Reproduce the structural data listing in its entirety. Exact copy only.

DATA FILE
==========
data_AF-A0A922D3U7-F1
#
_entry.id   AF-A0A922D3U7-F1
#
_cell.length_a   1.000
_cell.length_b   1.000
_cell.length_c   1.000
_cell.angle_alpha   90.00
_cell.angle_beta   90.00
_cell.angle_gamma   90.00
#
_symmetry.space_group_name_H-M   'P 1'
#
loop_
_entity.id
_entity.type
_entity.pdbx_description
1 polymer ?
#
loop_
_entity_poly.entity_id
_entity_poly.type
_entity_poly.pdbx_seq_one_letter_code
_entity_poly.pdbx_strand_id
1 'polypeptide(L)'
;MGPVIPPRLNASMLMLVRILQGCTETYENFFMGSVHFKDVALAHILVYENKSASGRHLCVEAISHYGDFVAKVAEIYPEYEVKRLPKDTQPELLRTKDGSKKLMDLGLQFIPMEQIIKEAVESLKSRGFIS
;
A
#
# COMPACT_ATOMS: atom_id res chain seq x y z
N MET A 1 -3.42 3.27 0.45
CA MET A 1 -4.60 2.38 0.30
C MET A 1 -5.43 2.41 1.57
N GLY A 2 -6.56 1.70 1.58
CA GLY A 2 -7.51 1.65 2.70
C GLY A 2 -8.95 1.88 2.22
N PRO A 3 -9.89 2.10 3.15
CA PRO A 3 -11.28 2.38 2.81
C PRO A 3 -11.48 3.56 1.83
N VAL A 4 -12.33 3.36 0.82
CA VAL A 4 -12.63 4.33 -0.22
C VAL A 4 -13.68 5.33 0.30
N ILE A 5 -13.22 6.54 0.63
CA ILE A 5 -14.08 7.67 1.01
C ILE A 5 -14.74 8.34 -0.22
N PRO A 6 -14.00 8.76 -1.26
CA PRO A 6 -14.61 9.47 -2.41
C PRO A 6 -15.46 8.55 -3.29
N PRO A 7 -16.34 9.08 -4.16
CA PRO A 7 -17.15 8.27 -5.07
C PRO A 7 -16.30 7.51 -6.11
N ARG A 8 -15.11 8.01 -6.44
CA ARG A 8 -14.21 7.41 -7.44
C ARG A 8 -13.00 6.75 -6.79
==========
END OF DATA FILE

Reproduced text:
data_AF-A0A922D3U7-F1
#
_entry.id   AF-A0A922D3U7-F1
#
_cell.length_a   1.000
_cell.length_b   1.000
_cell.length_c   1.000
_cell.angle_alpha   90.00
_cell.angle_beta   90.00
_cell.angle_gamma   90.00
#
_symmetry.space_group_name_H-M   'P 1'
#
loop_
_entity.id
_entity.type
_entity.pdbx_description
1 polymer ?
#
loop_
_entity_poly.entity_id
_entity_poly.type
_entity_poly.pdbx_seq_one_letter_code
_entity_poly.pdbx_strand_id
1 'polypeptide(L)'
;MGPVIPPRLNASMLMLVRILQGCTETYENFFMGSVHFKDVALAHILVYENKSASGRHLCVEAISHYGDFVAKVAEIYPEYEVKRLPKDTQPELLRTKDGSKKLMDLGLQFIPMEQIIKEAVESLKSRGFIS
;
A
#
# COMPACT_ATOMS: atom_id res chain seq x y z
N MET A 1 -3.42 3.27 0.45
CA MET A 1 -4.60 2.38 0.30
C MET A 1 -5.43 2.41 1.57
N GLY A 2 -6.56 1.70 1.58
CA GLY A 2 -7.51 1.65 2.70
C GLY A 2 -8.95 1.88 2.22
N PRO A 3 -9.89 2.10 3.15
CA PRO A 3 -11.28 2.38 2.81
C PRO A 3 -11.48 3.56 1.83
N VAL A 4 -12.33 3.36 0.82
CA VAL A 4 -12.63 4.33 -0.22
C VAL A 4 -13.68 5.33 0.30
N ILE A 5 -13.22 6.54 0.63
CA ILE A 5 -14.08 7.67 1.01
C ILE A 5 -14.74 8.34 -0.22
N PRO A 6 -14.00 8.76 -1.26
CA PRO A 6 -14.61 9.47 -2.41
C PRO A 6 -15.46 8.55 -3.29
N PRO A 7 -16.34 9.08 -4.16
CA PRO A 7 -17.15 8.27 -5.07
C PRO A 7 -16.30 7.51 -6.11
N ARG A 8 -15.11 8.01 -6.44
CA ARG A 8 -14.21 7.41 -7.44
C ARG A 8 -13.00 6.75 -6.79